TJ Jarrett ’95 has never followed the typical path for a poet. When she entered Wellesley in 1991, she planned to become a lawyer rather than pursue an academic career. After college, she got a job as a bookkeeper with a medical transportation company. That opportunity led, over time, to a career in data analysis.
Jarrett’s unusual choices—and her growing reputation as a writer—caught the attention of The Atlantic Monthly, which featured an email interview with her last summer titled “Computer Engineering: A Fine Day Job for a Poet.” In the exchange, Jarrett described her work as a senior integration engineer at HealthTrust in Nashville as moving “data from place to place” to analyze how facilities purchase medical/surgical equipment and how they can save money. At night, she works on poems in the Red Door Saloon, her local watering hole in Nashville.
How does writing computer code compare with writing lines of verse? Jarrett told The Atlantic that she tends “to break things up into functions.” “If a poem is a tiny machine, then a volume of poetry is a car or a plane—a bunch of parts that come together to perform a larger action.”
In her second book, Zion, winner of the 2013 Crab Orchard Open Competition, one of the actions performed is a reclamation of voices that were silenced during the Jim Crow era. Jarrett speaks for men and women who suffered under the laws, including some of her own family members. She also creates a sustained dialogue with Theodore Bilbo, the reviled governor of Mississippi who championed the oppressive statues.
Yet instead of portraying Bilbo as a pure villain, Jarrett gives him a measure of humanity, creating the possibility for empathy, if not reconciliation. “If you can’t deal with other people’s humanity, how can you expect them to deal with yours?” she says. “I do myself and my readers a disservice by staying angry.”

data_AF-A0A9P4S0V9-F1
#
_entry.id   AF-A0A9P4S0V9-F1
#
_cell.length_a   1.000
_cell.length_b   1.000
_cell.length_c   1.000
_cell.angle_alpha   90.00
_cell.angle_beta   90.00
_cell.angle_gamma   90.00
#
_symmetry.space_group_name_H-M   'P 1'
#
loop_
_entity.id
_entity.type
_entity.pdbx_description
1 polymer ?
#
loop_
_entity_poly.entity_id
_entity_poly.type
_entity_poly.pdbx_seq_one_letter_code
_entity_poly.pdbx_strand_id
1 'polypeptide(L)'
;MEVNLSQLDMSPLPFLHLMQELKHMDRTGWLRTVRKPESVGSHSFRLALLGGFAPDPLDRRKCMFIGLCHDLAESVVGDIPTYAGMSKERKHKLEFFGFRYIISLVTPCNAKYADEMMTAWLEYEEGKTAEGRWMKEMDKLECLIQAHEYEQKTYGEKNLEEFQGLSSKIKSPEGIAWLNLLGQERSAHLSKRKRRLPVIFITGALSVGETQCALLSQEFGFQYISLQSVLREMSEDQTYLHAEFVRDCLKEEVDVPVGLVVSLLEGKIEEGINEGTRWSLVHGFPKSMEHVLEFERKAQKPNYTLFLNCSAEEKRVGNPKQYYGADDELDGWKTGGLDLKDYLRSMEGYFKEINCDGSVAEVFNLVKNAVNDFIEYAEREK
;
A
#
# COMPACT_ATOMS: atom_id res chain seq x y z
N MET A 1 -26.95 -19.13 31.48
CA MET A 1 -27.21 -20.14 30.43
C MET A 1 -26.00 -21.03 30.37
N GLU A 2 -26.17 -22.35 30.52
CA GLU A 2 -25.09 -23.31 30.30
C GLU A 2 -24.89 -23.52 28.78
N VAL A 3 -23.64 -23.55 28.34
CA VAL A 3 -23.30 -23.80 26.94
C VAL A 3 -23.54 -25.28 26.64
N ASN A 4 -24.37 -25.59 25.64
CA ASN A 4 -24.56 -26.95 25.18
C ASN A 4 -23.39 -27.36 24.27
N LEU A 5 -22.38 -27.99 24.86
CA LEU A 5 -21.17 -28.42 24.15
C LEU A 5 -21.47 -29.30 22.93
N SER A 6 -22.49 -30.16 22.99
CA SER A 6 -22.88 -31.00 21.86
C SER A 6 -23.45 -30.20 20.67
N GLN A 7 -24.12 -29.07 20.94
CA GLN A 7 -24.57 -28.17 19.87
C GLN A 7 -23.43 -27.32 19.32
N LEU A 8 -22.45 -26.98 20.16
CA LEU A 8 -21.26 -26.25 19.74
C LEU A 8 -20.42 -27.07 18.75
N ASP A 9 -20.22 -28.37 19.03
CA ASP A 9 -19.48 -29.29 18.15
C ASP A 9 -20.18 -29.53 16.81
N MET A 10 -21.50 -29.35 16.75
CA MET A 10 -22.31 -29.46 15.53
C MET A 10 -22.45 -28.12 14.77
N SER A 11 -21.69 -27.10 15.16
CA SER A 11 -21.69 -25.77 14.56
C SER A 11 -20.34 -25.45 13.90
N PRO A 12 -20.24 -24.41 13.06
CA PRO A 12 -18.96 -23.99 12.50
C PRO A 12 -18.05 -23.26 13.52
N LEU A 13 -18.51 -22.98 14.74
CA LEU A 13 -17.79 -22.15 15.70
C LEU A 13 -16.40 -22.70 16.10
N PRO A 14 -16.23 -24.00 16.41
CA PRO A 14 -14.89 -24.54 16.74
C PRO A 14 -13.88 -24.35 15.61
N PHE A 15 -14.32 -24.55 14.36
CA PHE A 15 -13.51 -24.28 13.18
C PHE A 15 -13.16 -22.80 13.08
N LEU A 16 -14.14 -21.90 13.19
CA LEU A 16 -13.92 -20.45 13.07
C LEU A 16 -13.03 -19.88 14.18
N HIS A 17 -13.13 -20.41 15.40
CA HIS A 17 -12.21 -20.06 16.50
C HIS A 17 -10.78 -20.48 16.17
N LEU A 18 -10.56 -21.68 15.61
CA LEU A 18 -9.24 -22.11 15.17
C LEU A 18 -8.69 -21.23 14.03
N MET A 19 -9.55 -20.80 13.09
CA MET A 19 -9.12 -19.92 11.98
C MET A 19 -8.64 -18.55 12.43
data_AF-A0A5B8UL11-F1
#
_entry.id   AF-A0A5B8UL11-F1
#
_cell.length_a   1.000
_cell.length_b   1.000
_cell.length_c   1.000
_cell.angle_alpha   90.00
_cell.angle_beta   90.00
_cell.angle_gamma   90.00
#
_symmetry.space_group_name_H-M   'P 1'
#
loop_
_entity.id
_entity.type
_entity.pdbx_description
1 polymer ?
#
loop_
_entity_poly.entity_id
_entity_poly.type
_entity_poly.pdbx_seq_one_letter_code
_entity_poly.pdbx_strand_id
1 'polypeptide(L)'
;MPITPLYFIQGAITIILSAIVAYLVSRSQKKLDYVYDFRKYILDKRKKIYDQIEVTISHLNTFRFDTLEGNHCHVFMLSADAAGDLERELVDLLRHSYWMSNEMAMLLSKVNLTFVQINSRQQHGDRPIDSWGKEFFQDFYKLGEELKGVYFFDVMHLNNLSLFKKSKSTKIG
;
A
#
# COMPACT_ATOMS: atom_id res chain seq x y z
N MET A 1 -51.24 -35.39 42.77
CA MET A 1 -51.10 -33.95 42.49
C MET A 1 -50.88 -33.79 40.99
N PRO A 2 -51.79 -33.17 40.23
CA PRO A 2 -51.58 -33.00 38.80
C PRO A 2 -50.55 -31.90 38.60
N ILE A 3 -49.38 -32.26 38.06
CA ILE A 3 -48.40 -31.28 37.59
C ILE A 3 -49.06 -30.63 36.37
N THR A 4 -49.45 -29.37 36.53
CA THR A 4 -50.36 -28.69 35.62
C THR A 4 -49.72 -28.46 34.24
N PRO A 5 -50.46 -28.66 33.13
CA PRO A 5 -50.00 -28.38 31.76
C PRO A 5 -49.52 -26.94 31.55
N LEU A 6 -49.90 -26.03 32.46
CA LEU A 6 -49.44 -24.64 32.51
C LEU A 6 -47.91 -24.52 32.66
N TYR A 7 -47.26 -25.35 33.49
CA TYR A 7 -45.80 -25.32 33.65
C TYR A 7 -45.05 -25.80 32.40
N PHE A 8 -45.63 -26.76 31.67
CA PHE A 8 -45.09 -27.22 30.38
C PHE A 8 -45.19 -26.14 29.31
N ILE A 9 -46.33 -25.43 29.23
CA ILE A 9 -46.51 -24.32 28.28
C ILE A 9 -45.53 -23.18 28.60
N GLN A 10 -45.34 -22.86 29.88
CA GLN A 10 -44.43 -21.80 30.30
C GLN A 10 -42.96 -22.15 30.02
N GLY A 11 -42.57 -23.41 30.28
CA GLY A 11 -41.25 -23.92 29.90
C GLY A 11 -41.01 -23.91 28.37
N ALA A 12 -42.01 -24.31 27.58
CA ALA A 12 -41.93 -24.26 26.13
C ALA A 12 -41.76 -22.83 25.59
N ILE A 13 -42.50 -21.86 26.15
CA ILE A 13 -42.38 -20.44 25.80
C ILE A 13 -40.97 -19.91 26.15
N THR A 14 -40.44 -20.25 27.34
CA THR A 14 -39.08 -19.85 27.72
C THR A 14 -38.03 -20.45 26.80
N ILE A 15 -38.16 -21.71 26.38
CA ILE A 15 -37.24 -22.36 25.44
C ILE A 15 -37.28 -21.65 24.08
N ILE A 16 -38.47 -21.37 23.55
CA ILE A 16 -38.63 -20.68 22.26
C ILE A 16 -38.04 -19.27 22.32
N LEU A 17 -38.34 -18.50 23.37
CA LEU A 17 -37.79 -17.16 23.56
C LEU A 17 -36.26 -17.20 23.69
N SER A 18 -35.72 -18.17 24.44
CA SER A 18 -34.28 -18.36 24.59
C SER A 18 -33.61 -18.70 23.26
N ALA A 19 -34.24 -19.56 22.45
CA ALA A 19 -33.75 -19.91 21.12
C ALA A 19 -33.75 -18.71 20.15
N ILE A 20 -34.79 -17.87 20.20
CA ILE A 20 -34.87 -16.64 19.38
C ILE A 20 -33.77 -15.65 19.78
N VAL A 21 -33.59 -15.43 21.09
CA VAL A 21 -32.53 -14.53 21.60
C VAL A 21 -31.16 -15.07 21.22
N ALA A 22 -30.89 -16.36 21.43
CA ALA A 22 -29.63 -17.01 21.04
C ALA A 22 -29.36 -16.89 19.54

Jarrett believes in redemption and the importance of seeing through other people’s eyes. “We are given a chance to really survive and thrive in the world,” she says. “Is arguing all the time the best we can do?”
That perspective was shaped by her father and mother, a pastor and an English professor, respectively, who understood the power of language. Every summer, mother and daughter stayed with Jarrett’s maternal grandparents in Meridian, Miss., the state’s second largest city. Prejudice affected nearly every aspect of life there. “It’s a very sad place,” the poet recalls. “A place I love and wanted so desperately to love me back.”
Jarrett’s mother also introduced her to Paula Rankin, a coworker and celebrated poet who critiqued the teenager’s writing and assigned a rigorous reading list.
Jarrett stopped writing between the ages of 20 and 33 because “I had nothing to talk about,” she says. After a bad breakup, she began writing again, and several months later, a new love encouraged her to apply to the Bread Loaf Writers’ Conference. She was accepted. A year later, she enrolled in Bennington College’s Writers Seminars, where she studied with some of the nation’s best poets. In 2013, she published her first book, Ain’t No Grave, a fierce collection about America’s racist past. “The subject picked me,” she explains.
That seems to be the case with every poem since, as if an invisible force is pushing Jarrett to write about difficult topics in a way that resonates with diverse readers and creates a bridge toward understanding. “I’m not sure how it works, but I am called to write these poems,” she says. “I end up in places where I need to be without working.”